Once the hooded figure realized the fort was empty, she sent her pets ahead to find the scent of those who had alluded her this night. Certain she would find them, she was ill tempered when they did not. There could be only one answer she knew, since even with magical means of an escape her pets should have found some clue of their disappearance. They could not have gone up and out of the fort, she would have seen them. They could not have left in any of the cardinal directions, she would have picked up their trail. If they had died, she could have called them to her.
They must have gone down, and going down meant that they would ultimately find their way out of the only exit that these hills knew; the river which wound below and through the hills themselves.
“They have help,” she spoke aloud to her pets. The dumb brutes grunted, waiting for their mistress to give them orders. They were only too happy to please.
“We will move around and cut them off before they can reach the scorpion. There you will can lie in wait. Do not be seen. The moonlight is not strong this eve, and you can lie among the boulders on the hillside. When they exit the hills, run them down. Do not destroy them as I have much to know. I will arrive shortly. First, I wish to make sure the plans go well at Three Bales.”
“Yes, Manyara,” spat the largest of the trolls. Another hissed at him, jealousy spread across it’s ugly face. The larger snapped out at it with his giant snout and fangs.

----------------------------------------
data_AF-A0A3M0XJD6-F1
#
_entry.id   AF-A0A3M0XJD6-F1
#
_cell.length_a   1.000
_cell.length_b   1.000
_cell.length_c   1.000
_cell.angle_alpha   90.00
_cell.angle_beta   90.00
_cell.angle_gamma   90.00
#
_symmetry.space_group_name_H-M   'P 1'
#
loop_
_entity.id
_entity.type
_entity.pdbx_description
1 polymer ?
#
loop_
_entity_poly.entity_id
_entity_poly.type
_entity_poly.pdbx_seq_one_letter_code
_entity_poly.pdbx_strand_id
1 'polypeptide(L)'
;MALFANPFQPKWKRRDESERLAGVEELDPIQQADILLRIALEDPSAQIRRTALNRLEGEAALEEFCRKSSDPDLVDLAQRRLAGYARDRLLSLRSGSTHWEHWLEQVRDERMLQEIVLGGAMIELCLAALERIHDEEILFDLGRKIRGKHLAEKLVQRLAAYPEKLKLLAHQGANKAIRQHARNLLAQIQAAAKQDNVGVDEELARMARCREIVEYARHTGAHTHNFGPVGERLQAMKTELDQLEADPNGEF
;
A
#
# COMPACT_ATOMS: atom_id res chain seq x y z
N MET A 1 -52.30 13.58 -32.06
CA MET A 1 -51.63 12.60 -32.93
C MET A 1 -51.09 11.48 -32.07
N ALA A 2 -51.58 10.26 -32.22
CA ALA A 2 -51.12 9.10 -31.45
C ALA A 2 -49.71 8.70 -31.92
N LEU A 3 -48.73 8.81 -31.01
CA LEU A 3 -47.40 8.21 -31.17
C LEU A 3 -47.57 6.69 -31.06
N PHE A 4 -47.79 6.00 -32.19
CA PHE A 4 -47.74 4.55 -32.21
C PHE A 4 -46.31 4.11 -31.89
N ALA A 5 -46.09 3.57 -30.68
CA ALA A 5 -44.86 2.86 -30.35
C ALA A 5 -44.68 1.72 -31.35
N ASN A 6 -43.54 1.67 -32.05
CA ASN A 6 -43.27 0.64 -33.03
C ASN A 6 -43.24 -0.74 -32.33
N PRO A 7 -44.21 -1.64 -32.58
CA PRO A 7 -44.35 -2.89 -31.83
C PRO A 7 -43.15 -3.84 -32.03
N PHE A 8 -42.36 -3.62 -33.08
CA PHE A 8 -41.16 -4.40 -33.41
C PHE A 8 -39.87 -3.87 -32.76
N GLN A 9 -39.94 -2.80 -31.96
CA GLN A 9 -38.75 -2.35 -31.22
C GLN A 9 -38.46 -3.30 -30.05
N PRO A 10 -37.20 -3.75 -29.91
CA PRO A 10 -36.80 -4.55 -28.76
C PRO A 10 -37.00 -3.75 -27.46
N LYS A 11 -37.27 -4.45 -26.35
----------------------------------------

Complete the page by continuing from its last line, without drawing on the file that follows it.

“Peace, my pets,” said the silky voice of Manyara. “Soon, you will be given the best treats there are. You will be given the food of the gods.”
Her laughter echoed across the fort, again and again, and again.
When Theros walked into the night time sky, leaving the caves and tunnels of the orcs behind him, he knew that they were doomed. He smelled the fresh air, and the night time sounds of crickets and chirping beetles and that told him everything he needed to know. There was now no way to escape for those foes chasing them would now have an open space and all night to pursue.
Camouflage stood upon a grassy ridge, and swiveled his torso back at them. Most of the feathers and the blood and grime that had been caked on him had either been blown off, or had been cleared off by the dripping water along the trackway ride. When it came to a halt, it ended at the river mouth, and wading through, they had all felt the blood of their recent battles clear away as well. It felt amazing, like starting again, like they’d have a real chance of eluding this nightmare that had started at the gates of Akra. And they couldn’t have been more wrong.
“Well, dragon shit, boys,” sighed Camouflage in the most unsympathetic attempt at sympathy that a Celn drill sergeant could muster. “Looks like we’ve got a whole six to seven mile field to cross, fully geared with an orc tribe of pissed off uglies right on our tail. And these uglies can move at night under the stars and they ain’t going for a stroll in the moonlight if you know what I mean. So we’re screwed worse than a shepherd’s goat.” He began to undo the straps to what he called non-essentials, and recommended they do the same. Then, without further ado, he ran off into the field, in the direction of a small tower and structure on the far side that was only a faint outline under the moon and starlight. The field was bare, miles and miles of silver grass swaying in the breeze, save for a lone tree. Dead and lifeless, it stood like a statue, silent. The structure beyond was barely noticeable, but it was there. “The scorpion! It’s time to finish this tour!” yelled Camouflage.